Opera Philadelphia's 2015-16 season is converging from more distant points than usual - or, possibly, ever. La Traviata (October) is imported from Bucharest. And though Andy: A Popera (September) hails from nearby neighborhoods, it's a product of the artistically distant FringeArts. The new Jennifer Higdon/Gene Scheer opera Cold Mountain will arrive in February from Santa Fe. With an epic Civil War-era production at the Academy of Music and such stars as Nathan Gunn and Isabel Leonard, it occupies the largest part of the season budget (approximately $2.4 million)
ENTERTAINMENT
April 25, 2013 | By David Patrick Stearns, Inquirer Music Critic
NEW YORK - Five years in the making, star baritone Nathan Gunn's high-concept, high-style recital Wednesday at Carnegie Hall's Zankel auditorium could be heard as a precursor of his leading role in Jennifer Higdon's forthcoming Civil War-era opera Cold Mountain , co-commissioned by Opera Philadelphia and the Santa Fe Opera. The Anglo-American program concluded with Dooryard Bloom , a 25-minute Higdon work for baritone and orchestra that's among her best, heard here in the premiere of a new version replacing full orchestra with the Pacifica Quartet and pianist Julie Gunn, the singer's wife.
NEWS
March 13, 2015 | By David Patrick Stearns, Inquirer Music Critic
How can something so easygoing excite such polarized reactions? Rossini's La Donna del Lago , the Metropolitan Opera's Saturday simulcast in six area theaters, has stars (Joyce DiDonato and Juan Diego Flórez), attractive melodies, a plot line borrowed from Walter Scott ( The Lady of the Lake ) plus a theatrical and musical sheen at every turn. In fact, the 12:55 p.m. simulcast is a landmark of sorts for hardcore Rossinians, the apotheosis of a hugely influential 1819 opera that fell into deep obscurity from about 1860 until 1958.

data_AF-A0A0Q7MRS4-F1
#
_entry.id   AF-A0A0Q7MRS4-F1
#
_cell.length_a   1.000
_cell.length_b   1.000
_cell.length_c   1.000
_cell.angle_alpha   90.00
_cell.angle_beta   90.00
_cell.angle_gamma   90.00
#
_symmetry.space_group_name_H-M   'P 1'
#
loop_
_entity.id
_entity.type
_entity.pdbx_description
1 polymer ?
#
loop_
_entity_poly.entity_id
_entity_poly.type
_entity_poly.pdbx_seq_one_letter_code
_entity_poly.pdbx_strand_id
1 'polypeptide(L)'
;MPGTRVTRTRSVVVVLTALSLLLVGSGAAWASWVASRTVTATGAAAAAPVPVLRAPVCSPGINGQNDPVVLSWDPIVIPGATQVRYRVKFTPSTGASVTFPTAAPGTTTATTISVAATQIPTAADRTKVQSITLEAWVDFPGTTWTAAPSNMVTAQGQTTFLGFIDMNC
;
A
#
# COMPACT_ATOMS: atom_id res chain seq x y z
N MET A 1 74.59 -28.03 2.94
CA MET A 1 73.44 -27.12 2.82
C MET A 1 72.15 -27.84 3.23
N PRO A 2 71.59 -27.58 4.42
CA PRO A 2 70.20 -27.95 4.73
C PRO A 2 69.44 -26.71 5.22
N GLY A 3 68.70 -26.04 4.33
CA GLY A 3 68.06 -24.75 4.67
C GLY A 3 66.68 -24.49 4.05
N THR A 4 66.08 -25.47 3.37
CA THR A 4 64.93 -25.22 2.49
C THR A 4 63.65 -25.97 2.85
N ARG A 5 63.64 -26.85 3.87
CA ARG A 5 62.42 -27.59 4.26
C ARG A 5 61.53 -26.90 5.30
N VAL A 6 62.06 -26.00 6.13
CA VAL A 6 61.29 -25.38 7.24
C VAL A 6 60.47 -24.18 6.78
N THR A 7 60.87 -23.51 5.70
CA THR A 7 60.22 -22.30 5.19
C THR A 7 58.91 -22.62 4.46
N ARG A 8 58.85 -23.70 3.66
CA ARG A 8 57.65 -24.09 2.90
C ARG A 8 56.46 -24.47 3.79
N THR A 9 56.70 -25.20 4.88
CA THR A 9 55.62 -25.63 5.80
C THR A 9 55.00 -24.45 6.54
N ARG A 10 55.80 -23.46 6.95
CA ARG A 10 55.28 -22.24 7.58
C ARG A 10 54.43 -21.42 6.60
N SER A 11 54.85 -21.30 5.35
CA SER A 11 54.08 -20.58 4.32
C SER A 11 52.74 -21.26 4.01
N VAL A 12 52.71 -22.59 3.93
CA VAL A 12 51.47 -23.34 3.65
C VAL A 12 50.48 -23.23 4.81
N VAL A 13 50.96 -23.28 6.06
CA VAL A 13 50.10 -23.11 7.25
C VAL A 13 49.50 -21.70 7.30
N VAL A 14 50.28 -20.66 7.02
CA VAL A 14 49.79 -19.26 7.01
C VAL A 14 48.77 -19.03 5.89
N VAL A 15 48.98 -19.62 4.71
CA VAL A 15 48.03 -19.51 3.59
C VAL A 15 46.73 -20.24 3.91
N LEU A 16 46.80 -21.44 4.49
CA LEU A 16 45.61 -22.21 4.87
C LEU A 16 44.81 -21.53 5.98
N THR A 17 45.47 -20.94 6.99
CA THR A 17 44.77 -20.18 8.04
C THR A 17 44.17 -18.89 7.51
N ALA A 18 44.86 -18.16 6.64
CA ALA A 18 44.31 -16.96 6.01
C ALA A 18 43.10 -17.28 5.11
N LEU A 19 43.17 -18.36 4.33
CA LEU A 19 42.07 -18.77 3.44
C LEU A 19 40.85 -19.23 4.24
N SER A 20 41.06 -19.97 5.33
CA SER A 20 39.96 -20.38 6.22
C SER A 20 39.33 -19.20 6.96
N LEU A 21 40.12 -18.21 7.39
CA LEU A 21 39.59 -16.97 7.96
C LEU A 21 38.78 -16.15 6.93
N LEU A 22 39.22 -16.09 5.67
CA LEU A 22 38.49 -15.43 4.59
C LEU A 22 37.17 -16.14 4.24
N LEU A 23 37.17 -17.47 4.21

ENTERTAINMENT
August 23, 1995 | By Lesley Valdes, INQUIRER MUSIC CRITIC
Contemporary opera seems embarrassed by an aria, the device that enables characters to reflect upon their feelings, and Modern Painters is no exception. The work about John Ruskin that the Santa Fe Opera commissioned from composer David Lang and librettist Manuela Hoelterhoff and premiered earlier this month gives its attractive principals lots of narrative declamation but rather flimsy little tunes to sing. What a paradox, given the reams of lyrical, often effusive, prose that Ruskin penned exalting the joys of nature and art. The English critic who extolled J.M.W.
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ARTICLES BY DATE
NEWS
March 13, 2015 | By David Patrick Stearns, Inquirer Music Critic
How can something so easygoing excite such polarized reactions? Rossini's La Donna del Lago , the Metropolitan Opera's Saturday simulcast in six area theaters, has stars (Joyce DiDonato and Juan Diego Flórez), attractive melodies, a plot line borrowed from Walter Scott ( The Lady of the Lake ) plus a theatrical and musical sheen at every turn. In fact, the 12:55 p.m. simulcast is a landmark of sorts for hardcore Rossinians, the apotheosis of a hugely influential 1819 opera that fell into deep obscurity from about 1860 until 1958.
ENTERTAINMENT
February 18, 2015 | By David Patrick Stearns, Inquirer Music Critic
Opera Philadelphia's 2015-16 season is converging from more distant points than usual - or, possibly, ever. La Traviata (October) is imported from Bucharest. And though Andy: A Popera (September) hails from nearby neighborhoods, it's a product of the artistically distant FringeArts. The new Jennifer Higdon/Gene Scheer opera Cold Mountain will arrive in February from Santa Fe. With an epic Civil War-era production at the Academy of Music and such stars as Nathan Gunn and Isabel Leonard, it occupies the largest part of the season budget (approximately $2.4 million)
ENTERTAINMENT
February 4, 2015 | By David Patrick Stearns, Inquirer Music Critic